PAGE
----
[vc_row][vc_column][vc_column_text]Back in the day, the way to get noticed as a designer was designing for underground bands. With print becoming a dying art, designing for bands is now about promoting gigs on social media rather than plastering posters and flyers on telephone boxes and billboards. However, the great thing about small intimate gigs is you can often find limited edition tour posters that are printed on a small scale to make them one of a kind collectors items for die hard fans.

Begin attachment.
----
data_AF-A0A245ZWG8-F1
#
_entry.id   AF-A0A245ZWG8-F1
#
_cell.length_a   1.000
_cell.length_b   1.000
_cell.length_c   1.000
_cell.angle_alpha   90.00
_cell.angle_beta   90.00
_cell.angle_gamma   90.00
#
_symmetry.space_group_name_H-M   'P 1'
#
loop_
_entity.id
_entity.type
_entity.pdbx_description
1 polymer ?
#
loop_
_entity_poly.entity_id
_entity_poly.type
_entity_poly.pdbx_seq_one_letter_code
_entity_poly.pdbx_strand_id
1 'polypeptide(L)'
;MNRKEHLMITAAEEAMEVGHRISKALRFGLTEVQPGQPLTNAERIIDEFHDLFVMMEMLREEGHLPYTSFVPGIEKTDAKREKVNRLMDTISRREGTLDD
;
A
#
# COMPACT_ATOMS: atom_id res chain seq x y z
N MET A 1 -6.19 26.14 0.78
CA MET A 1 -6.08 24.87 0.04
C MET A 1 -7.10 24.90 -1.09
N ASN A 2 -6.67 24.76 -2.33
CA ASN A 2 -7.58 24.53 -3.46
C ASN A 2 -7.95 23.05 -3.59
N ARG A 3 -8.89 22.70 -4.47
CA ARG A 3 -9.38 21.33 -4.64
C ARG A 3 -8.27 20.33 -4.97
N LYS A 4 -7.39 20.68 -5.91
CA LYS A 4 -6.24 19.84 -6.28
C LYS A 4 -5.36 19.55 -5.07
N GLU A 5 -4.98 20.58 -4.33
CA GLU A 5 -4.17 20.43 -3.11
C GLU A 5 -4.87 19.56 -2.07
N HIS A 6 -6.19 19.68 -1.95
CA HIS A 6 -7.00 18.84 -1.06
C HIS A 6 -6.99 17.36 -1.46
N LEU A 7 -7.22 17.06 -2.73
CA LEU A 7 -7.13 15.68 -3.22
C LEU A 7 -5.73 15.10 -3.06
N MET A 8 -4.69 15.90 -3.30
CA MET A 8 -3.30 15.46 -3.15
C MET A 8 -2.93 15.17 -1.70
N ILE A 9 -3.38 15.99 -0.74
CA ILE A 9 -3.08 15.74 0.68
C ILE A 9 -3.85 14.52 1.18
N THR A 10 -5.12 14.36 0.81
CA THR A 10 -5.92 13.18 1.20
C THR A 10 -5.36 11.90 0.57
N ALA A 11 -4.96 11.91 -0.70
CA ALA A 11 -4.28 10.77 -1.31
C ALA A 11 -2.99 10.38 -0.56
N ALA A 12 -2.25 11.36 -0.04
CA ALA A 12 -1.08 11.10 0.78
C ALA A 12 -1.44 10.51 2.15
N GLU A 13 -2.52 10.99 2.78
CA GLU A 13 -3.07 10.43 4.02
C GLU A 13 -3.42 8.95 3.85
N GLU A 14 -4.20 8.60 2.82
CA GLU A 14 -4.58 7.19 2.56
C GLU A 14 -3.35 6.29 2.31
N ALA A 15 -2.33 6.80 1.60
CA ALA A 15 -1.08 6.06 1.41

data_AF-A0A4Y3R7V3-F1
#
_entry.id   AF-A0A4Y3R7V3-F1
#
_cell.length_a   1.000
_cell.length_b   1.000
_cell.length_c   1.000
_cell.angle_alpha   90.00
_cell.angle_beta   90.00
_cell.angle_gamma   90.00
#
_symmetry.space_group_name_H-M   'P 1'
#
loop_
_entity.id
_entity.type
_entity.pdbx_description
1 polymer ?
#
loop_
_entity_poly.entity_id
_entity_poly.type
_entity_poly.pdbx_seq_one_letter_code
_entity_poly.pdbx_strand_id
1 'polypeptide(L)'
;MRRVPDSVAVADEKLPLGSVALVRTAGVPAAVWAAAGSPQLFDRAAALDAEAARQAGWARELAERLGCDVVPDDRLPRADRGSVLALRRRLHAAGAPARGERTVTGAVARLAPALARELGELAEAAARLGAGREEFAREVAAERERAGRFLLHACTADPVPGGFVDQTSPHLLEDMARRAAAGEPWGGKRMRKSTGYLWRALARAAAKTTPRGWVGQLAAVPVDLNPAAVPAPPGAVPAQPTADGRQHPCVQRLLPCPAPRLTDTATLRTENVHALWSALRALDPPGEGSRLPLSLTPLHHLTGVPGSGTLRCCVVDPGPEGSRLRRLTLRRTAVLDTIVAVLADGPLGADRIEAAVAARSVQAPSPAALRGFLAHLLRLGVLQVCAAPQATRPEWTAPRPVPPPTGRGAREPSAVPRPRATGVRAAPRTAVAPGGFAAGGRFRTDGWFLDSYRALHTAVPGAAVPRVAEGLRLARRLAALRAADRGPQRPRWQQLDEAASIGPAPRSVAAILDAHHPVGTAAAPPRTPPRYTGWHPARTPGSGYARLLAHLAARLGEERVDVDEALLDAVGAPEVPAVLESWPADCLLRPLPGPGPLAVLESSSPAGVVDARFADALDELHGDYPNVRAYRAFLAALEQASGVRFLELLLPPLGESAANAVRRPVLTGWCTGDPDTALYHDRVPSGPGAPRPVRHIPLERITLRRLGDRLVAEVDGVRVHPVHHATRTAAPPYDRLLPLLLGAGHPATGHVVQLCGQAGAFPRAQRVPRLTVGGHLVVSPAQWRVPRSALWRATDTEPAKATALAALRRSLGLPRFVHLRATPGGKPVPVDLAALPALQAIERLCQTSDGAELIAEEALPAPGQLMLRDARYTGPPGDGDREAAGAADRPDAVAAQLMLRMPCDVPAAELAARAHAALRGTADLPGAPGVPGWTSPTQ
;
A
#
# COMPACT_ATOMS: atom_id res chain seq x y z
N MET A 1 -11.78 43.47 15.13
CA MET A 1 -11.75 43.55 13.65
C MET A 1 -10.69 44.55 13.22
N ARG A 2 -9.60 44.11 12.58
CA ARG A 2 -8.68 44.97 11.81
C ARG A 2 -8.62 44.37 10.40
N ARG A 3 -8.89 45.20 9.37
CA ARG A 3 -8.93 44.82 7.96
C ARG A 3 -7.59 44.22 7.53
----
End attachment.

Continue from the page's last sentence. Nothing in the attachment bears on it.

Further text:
Personally I find the combination of typography and illustration to be a killer team when it comes to gig posters. There are so many talented illustrators and designers on the music scene that it’s hard to compete and find your niche within the market. However, you should’t let that discourage you because design trends are always changing. It’s better to design the way that’s unique to you than to follow a style that will date. You have a better chance of making an iconic piece of memorabilia this way. When I think of music and iconic poster design my mind goes to the punk rock era.[/vc_column_text][vc_row_inner][vc_column_inner width=”1/2″][vc_single_image image=”8342″ img_size=”full”][/vc_column_inner][vc_column_inner width=”1/2″][vc_single_image image=”8343″ img_size=”full”][/vc_column_inner][/vc_row_inner][vc_column_text]Punk was the age of fantastic gig posters in the world of graphic design – a tweet of mine from last year that I still have pinned to the top of my feed. Why? Because it’s true, and I believe that everyday. The punk era experimented with colour and illustration to create eye-catching posters that would have you questioning whether you could hack life as a designer. The attention to detail would add so much depth to this flat 2D drawing that would make you want to buy the poster regardless of whether you liked the band or not. But punk also did something different that made their designs so iconic to the 70s and 80s rock scene – the cut-out style. By this I mean minimal colour palette, an amalgam of letterforms that had been cut out of magazines to form words and photographs that had been photocopied time after time to create grainy, faded and worn looking posters. Whether you were a band pushing the extremes through colour and illustration like The Cramps, or creating a new style completely like the Sex Pistols, you cannot deny that the punk era’s design was just as good as its music.[/vc_column_text][vc_row_inner][vc_column_inner width=”1/2″][vc_single_image image=”8345″ img_size=”full”][/vc_column_inner][vc_column_inner width=”1/2″][vc_single_image image=”8346″ img_size=”full”][/vc_column_inner][/vc_row_inner][vc_column_text]To keep up-to-date with my poster finds, follow my music board on Pinterest. Full of illustration and typography just like the posters above, as well as interesting colour schemes, halftones and that popular vintage feel that has made a huge comeback in modern design.[/vc_column_text][vc_btn title=”MUSIC BOARD” shape=”square” size=”lg” align=”center” link=”url:https%3A%2F%2Fwww.pinterest.com%2Fcrmcevoy%2Fmusic-posters%2F|title:MUSIC%20BOARD|target:%20_blank”][/vc_column][/vc_row]